Skeleton's Key

By: Stacy Green


Dust particles danced in the beam of his flashlight and then dived for Cage’s nose. He sneezed. The entire stairwell trembled.

Cage quickened his pace, trying to ignore the moldy stench and pressure of the encroaching darkness. He reached the earthen floor and cast his light around the black space. Like so many houses of its time, Ironwood only had a partial basement. The winter kitchen, or what was left of it, dominated half of it.

“The fuse box is under the stairs.” Cage shined his flashlight toward the area. Ducking massive spider webs, he hurried to the box, yanking on the rusty handle to the lid, and then flipped the switches. “Made sure I tried them before I called you.”

“Step aside.” Harvey busied himself at the fuse box. “Keep the light focused for me.”

“Right.” Cage peered over his shoulder, easy to do as he was a good six inches taller than Harvey. Of course, Cage was taller than most people. “Thanks again for coming out so quickly. The other two guys didn’t want to mess with the place.”

“Nice to know I was your third choice.”

“Yeah well, I’d have preferred to go to the hardware store and handle it myself, but electricity isn’t my strong suit. Figured I’d better call a professional.”

Harvey grunted, dropping his toolbox on the floor. He rummaged around the greasy tin box. “Fuse needs replacing. Shouldn’t take too long.”

“Good deal.” Cage kept the light focused as Harvey worked. “The wiring in this place is supposed to be up to code. You see anything that says otherwise?”

“Not so far. Sometimes you blow fuses.”

Harvey retrieved his own flashlight from the pocket of his overalls, shining it around the murky basement. “Wiring’s copper. That’s good. I don’t see anything that stands out, but I’d have to do a full inspection to be sure.”

“No thanks,” Cage said. “Church had one done before the place was sold last month, so I’ll have to take their word for it.”

Another grunt from Harvey, and then his flashlight stalled, the beam now shining against the sinking foundation. A deep crack running all the way to the ground had splintered the brick and mortar.

“Looks like you got varmints down here.”

At the base of the brick, the earth had been turned up as though something had been digging. A rat? Raccoon, maybe?

Cage shone his own light into the disturbed earth.

At first, he saw only white. Not bright white, like an untouched piece of paper, but a bleak gray-white. Aged.

Bone, he realized. Some critter had died down here–probably more than one.

He stepped closer, using the toe of his boot to shovel some of the dirt aside.

Behind him, Harvey emitted a sound resembling a frightened dog. “Is that what I think it is?”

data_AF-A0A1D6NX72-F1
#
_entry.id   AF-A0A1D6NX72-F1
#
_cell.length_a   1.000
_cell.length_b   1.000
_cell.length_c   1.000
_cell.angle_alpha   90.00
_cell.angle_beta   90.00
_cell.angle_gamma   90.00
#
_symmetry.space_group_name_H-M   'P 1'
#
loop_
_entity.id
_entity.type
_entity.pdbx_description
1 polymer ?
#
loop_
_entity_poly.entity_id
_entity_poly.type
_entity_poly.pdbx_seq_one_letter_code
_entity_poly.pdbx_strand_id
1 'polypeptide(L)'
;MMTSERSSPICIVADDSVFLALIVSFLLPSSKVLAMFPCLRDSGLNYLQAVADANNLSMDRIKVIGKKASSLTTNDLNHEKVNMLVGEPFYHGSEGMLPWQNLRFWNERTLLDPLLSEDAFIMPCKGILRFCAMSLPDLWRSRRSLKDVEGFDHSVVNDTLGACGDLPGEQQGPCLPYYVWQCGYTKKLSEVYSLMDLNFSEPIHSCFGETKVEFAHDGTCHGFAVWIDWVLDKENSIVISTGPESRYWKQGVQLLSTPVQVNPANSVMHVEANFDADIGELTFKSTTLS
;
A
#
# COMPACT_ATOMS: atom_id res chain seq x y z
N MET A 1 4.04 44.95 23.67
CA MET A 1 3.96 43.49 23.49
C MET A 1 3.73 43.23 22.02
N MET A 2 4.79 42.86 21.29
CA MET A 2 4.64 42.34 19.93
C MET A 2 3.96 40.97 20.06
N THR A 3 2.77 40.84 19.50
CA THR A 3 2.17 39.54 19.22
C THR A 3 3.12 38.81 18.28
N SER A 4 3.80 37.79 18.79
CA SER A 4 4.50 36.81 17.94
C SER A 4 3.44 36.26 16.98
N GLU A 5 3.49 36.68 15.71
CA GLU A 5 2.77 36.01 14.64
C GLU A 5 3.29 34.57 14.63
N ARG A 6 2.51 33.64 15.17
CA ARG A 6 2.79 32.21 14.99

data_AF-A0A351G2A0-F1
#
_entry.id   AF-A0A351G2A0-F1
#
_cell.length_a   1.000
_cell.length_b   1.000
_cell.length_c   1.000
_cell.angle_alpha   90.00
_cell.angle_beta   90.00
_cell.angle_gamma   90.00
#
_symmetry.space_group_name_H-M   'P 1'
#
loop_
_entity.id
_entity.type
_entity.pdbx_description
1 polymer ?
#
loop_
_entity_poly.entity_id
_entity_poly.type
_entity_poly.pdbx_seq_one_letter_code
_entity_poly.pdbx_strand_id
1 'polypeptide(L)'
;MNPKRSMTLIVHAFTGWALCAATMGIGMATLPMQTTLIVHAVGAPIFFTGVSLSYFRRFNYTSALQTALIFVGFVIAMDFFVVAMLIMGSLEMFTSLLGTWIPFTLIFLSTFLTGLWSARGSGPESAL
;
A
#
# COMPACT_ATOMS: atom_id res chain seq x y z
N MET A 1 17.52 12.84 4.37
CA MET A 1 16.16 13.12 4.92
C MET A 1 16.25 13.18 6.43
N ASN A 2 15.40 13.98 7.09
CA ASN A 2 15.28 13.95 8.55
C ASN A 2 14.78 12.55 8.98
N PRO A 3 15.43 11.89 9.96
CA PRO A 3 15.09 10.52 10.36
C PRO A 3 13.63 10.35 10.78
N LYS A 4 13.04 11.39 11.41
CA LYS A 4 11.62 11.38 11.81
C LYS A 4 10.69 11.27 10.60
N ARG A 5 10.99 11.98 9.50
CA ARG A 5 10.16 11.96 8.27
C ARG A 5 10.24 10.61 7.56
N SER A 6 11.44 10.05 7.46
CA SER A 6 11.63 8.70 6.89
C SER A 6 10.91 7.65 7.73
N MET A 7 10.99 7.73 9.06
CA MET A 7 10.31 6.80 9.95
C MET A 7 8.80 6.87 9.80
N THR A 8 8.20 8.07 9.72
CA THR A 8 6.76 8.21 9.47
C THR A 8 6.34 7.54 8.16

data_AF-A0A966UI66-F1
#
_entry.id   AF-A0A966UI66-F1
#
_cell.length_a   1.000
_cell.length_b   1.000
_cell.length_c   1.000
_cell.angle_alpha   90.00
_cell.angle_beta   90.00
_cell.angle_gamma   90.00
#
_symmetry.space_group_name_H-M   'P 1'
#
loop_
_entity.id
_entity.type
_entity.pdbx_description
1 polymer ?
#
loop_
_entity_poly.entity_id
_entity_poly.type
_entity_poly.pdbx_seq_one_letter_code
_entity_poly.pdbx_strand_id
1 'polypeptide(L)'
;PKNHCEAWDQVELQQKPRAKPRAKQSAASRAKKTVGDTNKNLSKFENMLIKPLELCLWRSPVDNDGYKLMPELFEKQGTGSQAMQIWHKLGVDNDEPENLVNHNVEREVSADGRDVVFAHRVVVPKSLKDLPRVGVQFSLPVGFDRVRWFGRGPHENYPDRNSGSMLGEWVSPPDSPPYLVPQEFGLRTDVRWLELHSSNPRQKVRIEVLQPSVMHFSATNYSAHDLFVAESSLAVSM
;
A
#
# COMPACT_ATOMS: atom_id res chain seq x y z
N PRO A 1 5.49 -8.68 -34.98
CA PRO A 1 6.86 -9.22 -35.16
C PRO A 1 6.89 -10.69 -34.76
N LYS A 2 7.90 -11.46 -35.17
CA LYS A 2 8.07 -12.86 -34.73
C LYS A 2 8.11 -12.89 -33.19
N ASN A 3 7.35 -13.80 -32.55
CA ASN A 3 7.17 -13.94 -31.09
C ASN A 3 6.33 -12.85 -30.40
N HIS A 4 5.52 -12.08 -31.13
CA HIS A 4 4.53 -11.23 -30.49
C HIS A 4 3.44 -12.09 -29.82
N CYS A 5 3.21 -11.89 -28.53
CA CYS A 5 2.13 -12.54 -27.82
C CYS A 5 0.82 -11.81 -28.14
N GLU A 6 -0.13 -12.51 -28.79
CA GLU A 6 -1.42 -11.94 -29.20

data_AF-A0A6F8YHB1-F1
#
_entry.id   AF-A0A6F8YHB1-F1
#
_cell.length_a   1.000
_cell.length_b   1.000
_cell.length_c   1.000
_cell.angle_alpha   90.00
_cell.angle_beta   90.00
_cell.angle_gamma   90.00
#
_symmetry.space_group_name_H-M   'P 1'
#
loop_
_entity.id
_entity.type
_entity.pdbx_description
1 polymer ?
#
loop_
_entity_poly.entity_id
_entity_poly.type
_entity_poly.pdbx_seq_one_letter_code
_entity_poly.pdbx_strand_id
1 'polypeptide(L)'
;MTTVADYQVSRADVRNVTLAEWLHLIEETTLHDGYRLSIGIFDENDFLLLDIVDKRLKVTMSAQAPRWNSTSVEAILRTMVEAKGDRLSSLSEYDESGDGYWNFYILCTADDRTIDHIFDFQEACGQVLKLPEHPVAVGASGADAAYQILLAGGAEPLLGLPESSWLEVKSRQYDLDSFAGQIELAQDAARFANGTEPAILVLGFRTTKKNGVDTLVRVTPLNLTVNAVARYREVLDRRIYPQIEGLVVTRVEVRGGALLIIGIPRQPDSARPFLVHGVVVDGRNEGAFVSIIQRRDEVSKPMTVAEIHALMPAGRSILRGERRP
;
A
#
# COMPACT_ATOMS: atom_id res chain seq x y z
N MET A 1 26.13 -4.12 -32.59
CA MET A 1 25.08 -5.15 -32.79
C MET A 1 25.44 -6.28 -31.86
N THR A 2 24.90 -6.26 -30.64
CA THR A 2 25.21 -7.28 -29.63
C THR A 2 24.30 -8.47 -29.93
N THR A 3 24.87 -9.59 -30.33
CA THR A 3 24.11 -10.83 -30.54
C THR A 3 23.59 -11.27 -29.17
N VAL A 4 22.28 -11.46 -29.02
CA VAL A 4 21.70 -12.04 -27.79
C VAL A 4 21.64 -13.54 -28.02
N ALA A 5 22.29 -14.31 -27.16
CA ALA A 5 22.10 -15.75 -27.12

Cage’s heart tightened into an iron-like fist, jumping at first into his throat and then dropping into the pit of his stomach.

An empty eye socket and cavernous smile protruded out of the earth.

A human skull.





2




“Son. Of. A. Bitch.”

Half-buried in the dirt, it had the weathered look of the skeletons he’d seen in an exhibit at the Mississippi Museum of Science. And on the Discovery Channel.

Harvey stepped forward, hands outstretched. Cage caught him by the arm. “Don’t touch the damned thing.”

Cage yanked his handkerchief out of his pocket. It was damp with sweat but would protect him from getting fingerprints all over the skull. He knelt down, balancing on his heels, careful not to touch the earth around the skull. Fingers protected by the thin cloth, he ran his hand over top of the gray bone.

Above him, hovering and breathing through a stuffed nose, Harvey angled for a better look. “What’s it feel like?”

“Brittle.” Cracked along the top, a gaping hole in the back. Cage’s cop-trained brain immediately thought of murder, but he quickly dismissed it. Who knew how long the thing had been here?

He collected the flashlight, shining the beam around the perimeter of the skull. Something had been digging all right. Clumps of earth splattered the brick foundation, and smoother, gray objects peeked up from the earth.

“Shit.” Cage swore again.

“Knew’d it though, didn’t you?” Harvey inched closer.

“Knew what?”

“That the story was true. About old John James and what his crazy daughter did with his body. Daddy’s little girl lost her marbles when he died. Kept his body in this house.”

“He’s buried in the Roselea cemetery.”

“So she said.”

Cage didn’t have time to listen to crazy Ironwood legends. He cast the light over the skull again. “No idea what time period this skull is from, or if it’s even a white person. Could be a slave. Could be a Natchez Indian. Could be any damned body.”

He toed the loose earth around the skull. He didn’t see any more bone, but Cage had a feeling it was there. Skulls don’t just end up in the earth all by their lonesome. Irritated by the intrusive light, a fat black beetle scuttled across the top of the skull and disappeared into the earth.

Cage straightened, swiping another cobweb aside. He’d better call the sheriff. His boss would love this.